Now the Hamas part.
Official aid to the Palestinian Authority, now run by terrorist organization Hamas, has recently been cut by many of its leading donors until Hamas makes a few changes in its unacceptable public statements and behavior. Even Al-Jazeera clearly understands the conditions under which Hamas funding has been cut:
So the aid is not merely cut off punatively, but with clear conditions for its restoration. Hamas has a few very reasonable steps they can take to be allowed to eat at the table once more. How do they react?
"The path back to the road map is clear: Acceptance of the three principles. If it accepts the quartet principles or a new government comes to power that accepts them, funding can be restored," [State Department Spokesman Sean] McCormack said.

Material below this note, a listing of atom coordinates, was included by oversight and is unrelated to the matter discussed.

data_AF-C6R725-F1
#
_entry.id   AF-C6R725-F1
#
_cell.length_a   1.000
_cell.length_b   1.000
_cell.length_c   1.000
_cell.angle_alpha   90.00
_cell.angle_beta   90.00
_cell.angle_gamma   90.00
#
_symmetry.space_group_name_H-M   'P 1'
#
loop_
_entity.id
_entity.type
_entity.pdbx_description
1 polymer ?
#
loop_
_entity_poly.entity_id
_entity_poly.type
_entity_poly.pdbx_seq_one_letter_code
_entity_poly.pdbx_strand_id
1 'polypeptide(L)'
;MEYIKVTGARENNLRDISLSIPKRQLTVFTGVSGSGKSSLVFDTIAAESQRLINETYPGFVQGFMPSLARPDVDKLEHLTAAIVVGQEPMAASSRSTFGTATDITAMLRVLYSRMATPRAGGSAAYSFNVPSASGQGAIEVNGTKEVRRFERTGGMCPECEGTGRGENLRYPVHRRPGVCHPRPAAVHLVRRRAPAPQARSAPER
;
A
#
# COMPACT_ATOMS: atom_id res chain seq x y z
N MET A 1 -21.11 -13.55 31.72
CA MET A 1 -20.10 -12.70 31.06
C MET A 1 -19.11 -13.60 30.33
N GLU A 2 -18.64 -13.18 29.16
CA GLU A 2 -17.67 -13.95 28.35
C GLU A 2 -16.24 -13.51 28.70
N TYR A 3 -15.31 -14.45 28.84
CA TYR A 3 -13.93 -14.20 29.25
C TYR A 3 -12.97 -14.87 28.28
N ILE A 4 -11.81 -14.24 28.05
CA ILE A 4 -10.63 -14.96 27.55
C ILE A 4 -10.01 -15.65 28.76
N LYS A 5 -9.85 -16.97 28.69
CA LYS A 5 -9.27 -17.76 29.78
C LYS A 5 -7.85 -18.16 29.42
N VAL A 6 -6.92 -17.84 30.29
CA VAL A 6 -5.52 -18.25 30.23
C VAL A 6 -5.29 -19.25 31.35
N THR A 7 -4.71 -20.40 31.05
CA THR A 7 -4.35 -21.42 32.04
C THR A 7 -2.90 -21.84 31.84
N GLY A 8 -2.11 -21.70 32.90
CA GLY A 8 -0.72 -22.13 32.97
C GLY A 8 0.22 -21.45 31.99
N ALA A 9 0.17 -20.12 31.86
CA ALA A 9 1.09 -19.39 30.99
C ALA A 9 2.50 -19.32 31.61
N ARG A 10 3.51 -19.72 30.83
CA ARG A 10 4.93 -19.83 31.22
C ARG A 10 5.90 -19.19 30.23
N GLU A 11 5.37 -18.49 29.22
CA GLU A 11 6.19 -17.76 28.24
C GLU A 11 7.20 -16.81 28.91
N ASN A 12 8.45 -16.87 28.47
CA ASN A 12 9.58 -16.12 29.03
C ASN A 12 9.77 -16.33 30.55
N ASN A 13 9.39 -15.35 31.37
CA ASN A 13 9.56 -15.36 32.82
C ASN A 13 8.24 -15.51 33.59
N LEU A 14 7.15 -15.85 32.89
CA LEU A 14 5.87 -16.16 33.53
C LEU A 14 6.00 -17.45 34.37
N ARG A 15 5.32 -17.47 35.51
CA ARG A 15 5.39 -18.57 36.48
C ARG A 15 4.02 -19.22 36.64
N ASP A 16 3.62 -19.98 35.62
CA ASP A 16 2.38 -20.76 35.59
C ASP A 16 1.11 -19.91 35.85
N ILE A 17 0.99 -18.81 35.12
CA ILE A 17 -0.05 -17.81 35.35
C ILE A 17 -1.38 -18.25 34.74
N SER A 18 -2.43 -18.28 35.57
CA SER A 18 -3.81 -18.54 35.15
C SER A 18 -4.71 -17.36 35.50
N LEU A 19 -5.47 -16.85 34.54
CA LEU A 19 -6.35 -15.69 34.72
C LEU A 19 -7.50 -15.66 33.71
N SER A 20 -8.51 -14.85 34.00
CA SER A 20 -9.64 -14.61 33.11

The three principles are that Hamas must renounce violence, recognise Israel's right to exist and express clear support for the Middle East peace process.
Do you want them to STARVE?
The Palestinian prime minister and president have lashed out at the United States and European Union for halting direct financial aid to the Palestinian Authority.
On Friday, Ismail Haniya, the prime minister and a Hamas leader, denounced the decisions as "hasty and unjust".
"The world should respect the choice of the Palestinian people," he added.
President Mahmoud Abbas said that "the Palestinian people should not be punished for their democratic choice".
By cutting the aid, the US and EU were "punishing all the people, workers and families", he said.